Wednesday, October 28th
6:30 pm
RKC 103 – Lazlo Z. Bito ’60 Auditorium
Sponsored by American Studies, Art History, Asian Studies, Religion, and Africana Studies

Faculty News

Music in the Woods: One Hundred Years of Maverick Concerts

Music in the woodsThree cultural organizations whose antecedents established the Woodstock Art Colony in the early twentieth century – Maverick Concerts, the Woodstock Byrdcliffe Guild, and the Woodstock Artists Association and Museum (WAAM) – join in this historic exhibition. Marking the importance of music in Woodstock’s early history, the exhibition particularly celebrates Maverick Concerts, the oldest continuous summer chamber music festival in the United States.

Music in the Woods: One Hundred Years of Maverick Concerts opened in a joint reception on July 25, 2015 from 5:00 to 7:00 pm, and will run in WAAM’s Towbin Wing through September 26 and at the Kleinert/James Center for the Arts of the Woodstock Byrdcliffe Guild through August 30.

The exhibition features three seldom seen sculptures by John Flannagan, as well as a bronze maquette for a recently commissioned sculptural portrait of Hervey White by contemporary Chinese artist Wan Jida. Works also include a kaleidoscope of painted and photographic portraits of Hervey White by Bolton Brown, Harry Gottlieb, Konrad Cramer, Peggy Bacon and others; portraits of early musicians by Robert Chanler, Antonio Borone, and George Bellows; quick sketches of musicians in performance by artists John Fenton, Andrée Ruellan, Julia Santos Solomon and others; drawings and prints by Woodstock artists; and vintage photographic portraits of musicians, some as early as 1919, who played at Maverick Concerts from the early years to the present.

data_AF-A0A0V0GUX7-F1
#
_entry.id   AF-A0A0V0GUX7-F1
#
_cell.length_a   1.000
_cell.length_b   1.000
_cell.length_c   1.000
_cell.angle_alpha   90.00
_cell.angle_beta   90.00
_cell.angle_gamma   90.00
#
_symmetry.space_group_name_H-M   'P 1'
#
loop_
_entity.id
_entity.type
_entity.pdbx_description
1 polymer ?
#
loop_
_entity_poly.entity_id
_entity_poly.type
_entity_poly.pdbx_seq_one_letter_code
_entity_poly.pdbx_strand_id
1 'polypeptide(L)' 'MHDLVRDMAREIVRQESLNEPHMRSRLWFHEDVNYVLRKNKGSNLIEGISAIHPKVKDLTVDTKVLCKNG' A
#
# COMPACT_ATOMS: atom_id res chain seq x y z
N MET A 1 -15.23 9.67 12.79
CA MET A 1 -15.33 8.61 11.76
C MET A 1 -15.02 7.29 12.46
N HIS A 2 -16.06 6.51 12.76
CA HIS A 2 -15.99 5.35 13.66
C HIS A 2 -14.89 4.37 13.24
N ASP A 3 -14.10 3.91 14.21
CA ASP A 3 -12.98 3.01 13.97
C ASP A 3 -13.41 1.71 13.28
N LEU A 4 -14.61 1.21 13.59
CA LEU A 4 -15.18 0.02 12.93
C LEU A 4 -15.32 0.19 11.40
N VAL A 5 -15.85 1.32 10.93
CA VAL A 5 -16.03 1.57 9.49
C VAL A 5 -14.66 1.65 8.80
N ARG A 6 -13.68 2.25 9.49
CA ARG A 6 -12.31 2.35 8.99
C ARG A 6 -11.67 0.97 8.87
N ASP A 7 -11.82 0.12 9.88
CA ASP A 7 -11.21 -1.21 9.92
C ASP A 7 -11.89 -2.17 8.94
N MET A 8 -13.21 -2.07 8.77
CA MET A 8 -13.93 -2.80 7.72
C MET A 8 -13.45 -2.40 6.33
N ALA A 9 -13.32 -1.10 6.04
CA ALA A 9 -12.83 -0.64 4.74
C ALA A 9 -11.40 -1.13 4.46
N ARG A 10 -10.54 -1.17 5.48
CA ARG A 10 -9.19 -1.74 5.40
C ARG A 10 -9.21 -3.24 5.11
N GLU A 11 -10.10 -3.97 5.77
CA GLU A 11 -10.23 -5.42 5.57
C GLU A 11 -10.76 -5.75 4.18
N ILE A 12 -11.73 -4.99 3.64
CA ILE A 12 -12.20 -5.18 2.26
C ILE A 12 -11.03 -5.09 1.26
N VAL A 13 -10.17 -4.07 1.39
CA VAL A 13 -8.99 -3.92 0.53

Tom Wolf is author of “John Flannagan’s Maverick Horse” in the catalog.

The exhibition also highlights images of the unique concert hall, whose eccentric architecture has attracted photographers since its earliest days, including Konrad Cramer, Alfred Cohn, Howard Greenberg, Leon Liss, Dion Ogust, and Noritaka Minami.

Olga Touloumi is author of “The Economy of Design: Architecture and High Finance in the Maverick House Concert Hall” in the catalog.